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Milwaukee-Area Residents Across The Political Aisle React To The Insurrection And New Administration

Tasos Katopodis
Getty Images
U.S. President Joe Biden delivers his inaugural address on the West Front of the U.S. Capitol on Jan. 20 in Washington, DC.

People in Wisconsin and elsewhere have watched an insurrection, an impeachment and an inauguration unfold over the past three weeks in the Nation’s Capitol.

Van Mobley, Dennis Walton and Othman Atta all live in the Milwaukee-area and each processed the events and what they would like to see from the new administration differently.

Van Mobley is the village president of Thiensville and says despite voting for former President Donald Trump, he wants President Joe Biden to do the best job he can and that includes wanting him to follow in the footsteps of Trump.

“I certainly hope that Biden will follow some of Trump's line on some of the foreign policy, for example, Trump's foreign policy featured extraction from the Middle East, and putting Iran in a box. Now, I think that that's a very good policy and Biden, although he ran against it, he's still has wiggle room,” says Mobley.

He says he could support the upcoming stimulus bill and thinks there is a possibility it can be passed in a bipartisan way.

Mobley condemned the insurrection at the U.S. Capitol by pro-Trump supporters but says those who stormed the Capitol should not be called terrorists and that Trump himself crossed no lines in his rhetoric to his supporters before the attack.

“I think politicians who call for people to fight and work hard and protest, that's what people do in the United States. And that's fine. The question is violence. I don't think that the people who went down there to the riot, I don't think that they were terrorists,” he says.

Dennis Walton identifies as an Independent and he did not cast his ballot for either Joe Biden or Donald Trump.

“It was so much bickering between the parties, and the identity politics. And it was almost like choosing what gang are you in, you know, I really saw a lack of respect for each institution, whether it be Republican or Democrat, you know, Democrats had zero respect for Republicans, Republicans had zero respect for Democrats,” says Walton.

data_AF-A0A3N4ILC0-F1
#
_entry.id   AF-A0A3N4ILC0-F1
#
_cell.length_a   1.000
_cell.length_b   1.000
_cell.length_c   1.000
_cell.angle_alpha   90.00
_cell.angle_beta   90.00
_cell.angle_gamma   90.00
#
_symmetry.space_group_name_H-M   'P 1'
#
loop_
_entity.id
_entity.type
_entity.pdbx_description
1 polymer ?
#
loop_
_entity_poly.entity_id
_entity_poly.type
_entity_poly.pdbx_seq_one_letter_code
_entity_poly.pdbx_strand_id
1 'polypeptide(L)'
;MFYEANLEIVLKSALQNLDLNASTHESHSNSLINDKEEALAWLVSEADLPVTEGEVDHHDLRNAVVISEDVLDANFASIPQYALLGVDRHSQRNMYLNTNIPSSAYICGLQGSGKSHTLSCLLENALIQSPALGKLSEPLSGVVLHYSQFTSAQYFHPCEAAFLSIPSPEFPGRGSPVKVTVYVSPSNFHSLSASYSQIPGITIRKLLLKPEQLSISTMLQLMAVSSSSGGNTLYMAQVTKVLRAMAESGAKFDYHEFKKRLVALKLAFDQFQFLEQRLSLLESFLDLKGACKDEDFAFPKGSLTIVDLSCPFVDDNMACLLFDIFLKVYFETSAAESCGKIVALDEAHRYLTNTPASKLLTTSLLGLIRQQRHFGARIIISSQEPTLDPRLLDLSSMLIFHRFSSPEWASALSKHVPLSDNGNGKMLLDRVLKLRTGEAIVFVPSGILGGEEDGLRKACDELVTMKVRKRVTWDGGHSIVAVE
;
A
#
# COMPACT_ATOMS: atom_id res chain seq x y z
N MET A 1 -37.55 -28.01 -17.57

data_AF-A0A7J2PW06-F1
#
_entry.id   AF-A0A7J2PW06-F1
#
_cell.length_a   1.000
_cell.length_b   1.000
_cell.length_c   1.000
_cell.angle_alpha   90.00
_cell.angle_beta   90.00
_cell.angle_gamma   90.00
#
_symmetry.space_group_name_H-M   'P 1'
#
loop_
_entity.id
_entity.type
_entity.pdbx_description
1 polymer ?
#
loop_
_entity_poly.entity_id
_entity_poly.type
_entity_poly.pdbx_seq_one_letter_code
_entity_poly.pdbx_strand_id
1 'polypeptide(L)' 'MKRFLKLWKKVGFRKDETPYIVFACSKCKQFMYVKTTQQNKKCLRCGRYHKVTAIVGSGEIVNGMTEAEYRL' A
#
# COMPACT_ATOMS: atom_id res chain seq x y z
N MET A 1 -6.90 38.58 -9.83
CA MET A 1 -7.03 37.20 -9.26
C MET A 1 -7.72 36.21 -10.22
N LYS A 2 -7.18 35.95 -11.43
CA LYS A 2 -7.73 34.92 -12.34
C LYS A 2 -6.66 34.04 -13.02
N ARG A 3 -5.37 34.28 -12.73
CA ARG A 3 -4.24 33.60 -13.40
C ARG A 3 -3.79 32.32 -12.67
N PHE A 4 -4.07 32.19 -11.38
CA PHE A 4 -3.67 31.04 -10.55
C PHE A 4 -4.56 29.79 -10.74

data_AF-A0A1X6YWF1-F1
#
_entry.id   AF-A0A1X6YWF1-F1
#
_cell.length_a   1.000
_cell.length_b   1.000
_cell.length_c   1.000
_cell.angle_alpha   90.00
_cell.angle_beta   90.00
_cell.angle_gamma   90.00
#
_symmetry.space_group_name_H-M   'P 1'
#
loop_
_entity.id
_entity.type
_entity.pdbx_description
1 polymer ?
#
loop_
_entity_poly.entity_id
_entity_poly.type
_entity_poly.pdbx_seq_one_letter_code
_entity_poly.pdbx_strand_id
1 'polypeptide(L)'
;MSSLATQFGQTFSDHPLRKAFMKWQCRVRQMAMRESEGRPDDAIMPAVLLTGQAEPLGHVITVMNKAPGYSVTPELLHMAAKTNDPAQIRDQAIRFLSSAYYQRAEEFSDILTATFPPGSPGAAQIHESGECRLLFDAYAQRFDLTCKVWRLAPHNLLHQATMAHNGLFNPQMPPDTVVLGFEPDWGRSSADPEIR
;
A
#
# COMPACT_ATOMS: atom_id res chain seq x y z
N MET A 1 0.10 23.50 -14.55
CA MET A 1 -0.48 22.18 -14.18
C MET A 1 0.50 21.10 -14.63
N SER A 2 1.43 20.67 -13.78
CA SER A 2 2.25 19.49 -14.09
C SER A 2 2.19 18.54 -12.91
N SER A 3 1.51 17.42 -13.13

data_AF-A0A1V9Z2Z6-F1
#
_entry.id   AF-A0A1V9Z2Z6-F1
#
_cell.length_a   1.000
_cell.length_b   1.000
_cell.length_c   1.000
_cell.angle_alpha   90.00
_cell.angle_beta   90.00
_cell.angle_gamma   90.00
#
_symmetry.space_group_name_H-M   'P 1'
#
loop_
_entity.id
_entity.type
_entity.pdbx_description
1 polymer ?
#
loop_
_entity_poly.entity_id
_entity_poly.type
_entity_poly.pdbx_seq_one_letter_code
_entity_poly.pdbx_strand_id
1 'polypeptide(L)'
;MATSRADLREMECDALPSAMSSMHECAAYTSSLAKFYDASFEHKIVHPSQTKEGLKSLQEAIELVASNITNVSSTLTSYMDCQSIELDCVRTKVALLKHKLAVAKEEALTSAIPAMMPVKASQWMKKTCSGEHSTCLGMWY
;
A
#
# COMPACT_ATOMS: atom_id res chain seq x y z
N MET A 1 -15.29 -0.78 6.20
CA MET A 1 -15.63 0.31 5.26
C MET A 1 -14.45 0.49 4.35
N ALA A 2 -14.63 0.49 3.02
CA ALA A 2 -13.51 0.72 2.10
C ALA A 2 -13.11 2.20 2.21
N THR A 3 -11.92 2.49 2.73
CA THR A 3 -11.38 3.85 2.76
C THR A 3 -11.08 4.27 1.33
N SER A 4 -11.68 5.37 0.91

In terms of policy, Walton is focused on the criminal justice system and bringing families back together.

“We need to look very closely at, you know, the criminal justice system, there's a serious imbalance. You know, as far as people of color being incarcerated, we need to look at the laws that are affecting communities that have people unfairly and unjustly being incarcerated and bring balance to that system,” he says.

Walton has hope that the Biden administration will push for policies like expungement laws for those who have served their time and some form of reparations for Black Americans.

As the impeachment trial nears, he says politicians should ask whether it can be used to bring the country together and not further push the divide.

“With the impeachment, I think we have to be practical about is that something that's going to be accomplished? Is it something that's going to continue to further divide the country? Or is it going to give us the opportunity to heal and bring closure to the presidency that we want to get beyond and get past right now?” he says.

Othman Atta says he has almost always voted for Democrats and he cast his vote for Joe Biden in this last election.

His focus is on what President Biden will do on immigration policy.

“There's a lot of changes that are needed, especially to reverse many of the things that the Trump administration tried to do. The Muslim ban, limiting immigrants from coming here or visiting here, DACA. You know, stopping the entry of refugees as part of established programs of the United States that have been in existence for four decades,” he says.

Some other issues on Atta’s mind are the slow roll out of the COVID-19 vaccine, climate change and the U.S.’ treatment of foreign dictators.

He says when it comes to the insurrection, he doesn’t want to paint all Trump supporters as extremists but that there needs to be more of an effort to condemn those who support the attack on the Capitol.

“It's kind of like, where Muslims were told, ‘hey, you guys got to condemn groups such as ISIS. Because you you're allowing them to do what they're doing if you don’t condemn them’,” he says. “Now we're expecting people to condemn people like Trump, and Cruz and all of these others who were really inciting people to do the kind of things they did.”

Maayan is a WUWM news reporter.
From 2020 to 2021, Jack was WUWM's digital intern and then digital producer.